The show must go on: LSU Musical Theater Club rehearses and performs virtually during COVID-19 | News

LSU’s Musical Theater Club (MTC) has seen canceled performances for the past few semesters, but the club is getting back to work in a new way.

In March 2020, MTC was gearing up for their performance showcase known as Singeaux, where they perform individual and collaborative numbers from different musical productions. Rehearsals were halted on March 13 when the University announced that LSU would close due to COVID-19.

The Student Health Center is being held on January 22, 2021 at the corner of Infirmary Lane and West Chimes Street.

“I was disappointed,” said sophomore digital art student Maddy Lewis. “I joined the club in September and finally felt like I knew everyone at the club.”

Before everyone had to leave campus, MTC did something special for their last unexpected rehearsal – the members rehearsed as if they were performing in front of an audience.

“I put so much work into my Singeaux musical numbers,” said Nathan Catalanotto, junior in theater performance. “I was heartbroken when I found out it was over; it was so unexpected.

When the fall 2020 semester began, MTC found a way to engage returning students and raise funds for their club. Lewis participated in “MTC’s Musical Madness”. The members performed virtually on MTC’s Instagram page through any artistic medium. They made it a contest to raise funds – every dollar sent through Venmo counted as a vote.

“It was friendly competition,” Lewis said. “I didn’t care who won or lost because I was having a great time getting back to playing.”

People competed by acting or singing. They sent their videos to the social media manager, who then posted the videos on their Instagram page.

MTC performed “Twisted the Musical” last fall semester. It was their first show with an audience since last spring. Members sent video auditions via email and received the cast list via email. Shortly after receiving the cast list, they met via Zoom and discussed what was expected if they wanted this show to be a success.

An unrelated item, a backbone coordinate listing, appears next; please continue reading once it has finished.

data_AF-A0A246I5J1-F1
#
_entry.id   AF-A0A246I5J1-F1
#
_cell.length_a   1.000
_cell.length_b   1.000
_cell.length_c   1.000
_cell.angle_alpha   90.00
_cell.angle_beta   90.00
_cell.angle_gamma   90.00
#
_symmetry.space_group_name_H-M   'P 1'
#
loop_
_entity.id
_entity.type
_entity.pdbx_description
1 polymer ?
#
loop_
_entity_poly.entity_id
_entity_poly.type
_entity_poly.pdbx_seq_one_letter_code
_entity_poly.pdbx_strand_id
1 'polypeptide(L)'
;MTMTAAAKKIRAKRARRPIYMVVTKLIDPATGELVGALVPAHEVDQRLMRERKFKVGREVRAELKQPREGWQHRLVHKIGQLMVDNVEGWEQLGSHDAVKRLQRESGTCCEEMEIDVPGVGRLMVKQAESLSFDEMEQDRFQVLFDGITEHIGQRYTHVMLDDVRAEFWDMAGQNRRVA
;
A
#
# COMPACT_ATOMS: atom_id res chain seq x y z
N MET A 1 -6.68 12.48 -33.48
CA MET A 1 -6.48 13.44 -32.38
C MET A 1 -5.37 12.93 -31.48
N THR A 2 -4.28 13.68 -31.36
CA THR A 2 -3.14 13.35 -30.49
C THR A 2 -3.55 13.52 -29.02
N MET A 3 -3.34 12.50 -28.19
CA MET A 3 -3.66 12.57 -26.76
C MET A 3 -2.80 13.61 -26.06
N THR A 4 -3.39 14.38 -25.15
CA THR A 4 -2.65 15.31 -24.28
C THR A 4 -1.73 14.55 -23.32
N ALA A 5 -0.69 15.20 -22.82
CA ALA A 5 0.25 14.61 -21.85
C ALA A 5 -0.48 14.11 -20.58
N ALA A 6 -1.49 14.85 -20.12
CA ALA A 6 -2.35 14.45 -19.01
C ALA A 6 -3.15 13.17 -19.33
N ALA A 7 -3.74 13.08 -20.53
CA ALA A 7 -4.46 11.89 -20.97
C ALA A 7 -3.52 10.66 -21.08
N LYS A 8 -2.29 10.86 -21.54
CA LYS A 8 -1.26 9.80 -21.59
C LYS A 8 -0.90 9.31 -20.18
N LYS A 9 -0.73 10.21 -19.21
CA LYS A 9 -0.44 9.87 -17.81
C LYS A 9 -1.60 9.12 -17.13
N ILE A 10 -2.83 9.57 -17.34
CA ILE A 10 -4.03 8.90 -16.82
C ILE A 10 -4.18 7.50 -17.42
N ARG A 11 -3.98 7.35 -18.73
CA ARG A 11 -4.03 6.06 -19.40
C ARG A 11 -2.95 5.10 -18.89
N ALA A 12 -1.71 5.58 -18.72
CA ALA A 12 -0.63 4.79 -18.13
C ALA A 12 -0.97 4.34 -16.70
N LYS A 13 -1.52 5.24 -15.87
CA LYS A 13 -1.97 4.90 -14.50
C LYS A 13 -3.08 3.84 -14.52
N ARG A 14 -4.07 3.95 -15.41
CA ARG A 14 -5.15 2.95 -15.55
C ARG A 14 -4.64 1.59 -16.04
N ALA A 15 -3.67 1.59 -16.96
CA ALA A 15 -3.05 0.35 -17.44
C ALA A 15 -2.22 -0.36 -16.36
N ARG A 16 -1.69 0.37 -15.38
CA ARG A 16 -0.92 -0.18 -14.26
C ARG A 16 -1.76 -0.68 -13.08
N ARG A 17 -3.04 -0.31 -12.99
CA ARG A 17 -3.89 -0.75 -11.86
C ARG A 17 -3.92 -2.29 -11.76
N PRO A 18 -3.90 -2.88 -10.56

“It was a big surprise to find out that we were playing in front of an audience for Twisted,” said Catalanotto.

All cast members were required to wear masks, sanitize workstations, have their temperatures taken, and get tested for COVID-19 as often as they could. The actors remained spaced out during rehearsals and were only called upon to rehearse if it was their scene.

“I loved that we had the opportunity to rehearse in person,” said theater studies junior Noah Catalanotto. “However, I miss sitting next to my friends at rehearsals, and I really miss giving them all hugs.”

“Twisted” was performed on November 5 and 6. MTC announced an online form with an option to Zoom link a live-streamed performance or to reserve a spot to watch the show in person. It was performed in the Greek amphitheater. Thirty people were allowed into the theater. The actors performed with masks and the public had to keep their masks on.

“Yes, it was difficult to play with a mask on,” said Noah Catalanotto. “However, as an actor, I learned a lot of techniques to play with my body, my eyebrows and my eyes.

“We put all our attention on the public to express our feelings,” said Nathan Catalanotto.

MTC is preparing and rehearsing its spring musical “Theory of Relativity.” The performance, from now on, will not have an audience due to the spike in COVID-19 cases.


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